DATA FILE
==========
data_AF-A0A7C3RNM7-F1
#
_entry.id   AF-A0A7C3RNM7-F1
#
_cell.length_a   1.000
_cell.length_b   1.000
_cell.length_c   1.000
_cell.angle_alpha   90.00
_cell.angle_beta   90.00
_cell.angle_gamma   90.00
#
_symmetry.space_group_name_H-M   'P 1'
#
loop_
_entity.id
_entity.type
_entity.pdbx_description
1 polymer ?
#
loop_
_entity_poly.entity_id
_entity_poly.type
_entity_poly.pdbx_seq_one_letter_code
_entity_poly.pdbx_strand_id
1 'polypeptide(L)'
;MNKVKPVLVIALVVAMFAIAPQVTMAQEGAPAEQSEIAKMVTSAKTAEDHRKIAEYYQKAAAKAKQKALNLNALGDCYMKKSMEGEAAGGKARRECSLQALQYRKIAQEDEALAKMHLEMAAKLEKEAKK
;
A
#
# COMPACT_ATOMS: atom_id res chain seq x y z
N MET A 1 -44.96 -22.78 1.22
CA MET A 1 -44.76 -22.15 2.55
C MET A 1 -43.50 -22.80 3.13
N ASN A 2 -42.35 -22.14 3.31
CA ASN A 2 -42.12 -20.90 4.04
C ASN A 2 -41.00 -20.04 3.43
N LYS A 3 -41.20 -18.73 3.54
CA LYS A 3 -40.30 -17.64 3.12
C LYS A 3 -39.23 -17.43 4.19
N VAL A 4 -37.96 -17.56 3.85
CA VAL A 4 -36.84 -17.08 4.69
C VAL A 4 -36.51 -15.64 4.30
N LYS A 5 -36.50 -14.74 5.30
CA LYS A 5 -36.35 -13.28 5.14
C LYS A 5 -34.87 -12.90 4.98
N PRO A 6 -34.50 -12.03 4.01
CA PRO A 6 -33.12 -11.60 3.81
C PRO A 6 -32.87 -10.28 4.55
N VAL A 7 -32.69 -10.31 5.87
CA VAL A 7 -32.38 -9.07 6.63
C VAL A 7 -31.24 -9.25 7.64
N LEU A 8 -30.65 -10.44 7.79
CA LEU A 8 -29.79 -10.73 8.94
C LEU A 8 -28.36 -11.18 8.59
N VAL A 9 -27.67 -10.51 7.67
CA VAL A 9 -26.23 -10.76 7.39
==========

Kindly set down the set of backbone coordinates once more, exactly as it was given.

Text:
data_AF-A0A7C3RNM7-F1
#
_entry.id   AF-A0A7C3RNM7-F1
#
_cell.length_a   1.000
_cell.length_b   1.000
_cell.length_c   1.000
_cell.angle_alpha   90.00
_cell.angle_beta   90.00
_cell.angle_gamma   90.00
#
_symmetry.space_group_name_H-M   'P 1'
#
loop_
_entity.id
_entity.type
_entity.pdbx_description
1 polymer ?
#
loop_
_entity_poly.entity_id
_entity_poly.type
_entity_poly.pdbx_seq_one_letter_code
_entity_poly.pdbx_strand_id
1 'polypeptide(L)'
;MNKVKPVLVIALVVAMFAIAPQVTMAQEGAPAEQSEIAKMVTSAKTAEDHRKIAEYYQKAAAKAKQKALNLNALGDCYMKKSMEGEAAGGKARRECSLQALQYRKIAQEDEALAKMHLEMAAKLEKEAKK
;
A
#
# COMPACT_ATOMS: atom_id res chain seq x y z
N MET A 1 -44.96 -22.78 1.22
CA MET A 1 -44.76 -22.15 2.55
C MET A 1 -43.50 -22.80 3.13
N ASN A 2 -42.35 -22.14 3.31
CA ASN A 2 -42.12 -20.90 4.04
C ASN A 2 -41.00 -20.04 3.43
N LYS A 3 -41.20 -18.73 3.54
CA LYS A 3 -40.30 -17.64 3.12
C LYS A 3 -39.23 -17.43 4.19
N VAL A 4 -37.96 -17.56 3.85
CA VAL A 4 -36.84 -17.08 4.69
C VAL A 4 -36.51 -15.64 4.30
N LYS A 5 -36.50 -14.74 5.30
CA LYS A 5 -36.35 -13.28 5.14
C LYS A 5 -34.87 -12.90 4.98
N PRO A 6 -34.50 -12.03 4.01
CA PRO A 6 -33.12 -11.60 3.81
C PRO A 6 -32.87 -10.28 4.55
N VAL A 7 -32.69 -10.31 5.87
CA VAL A 7 -32.38 -9.07 6.63
C VAL A 7 -31.24 -9.25 7.64
N LEU A 8 -30.65 -10.44 7.79
CA LEU A 8 -29.79 -10.73 8.94
C LEU A 8 -28.36 -11.18 8.59
N VAL A 9 -27.67 -10.51 7.67
CA VAL A 9 -26.23 -10.76 7.39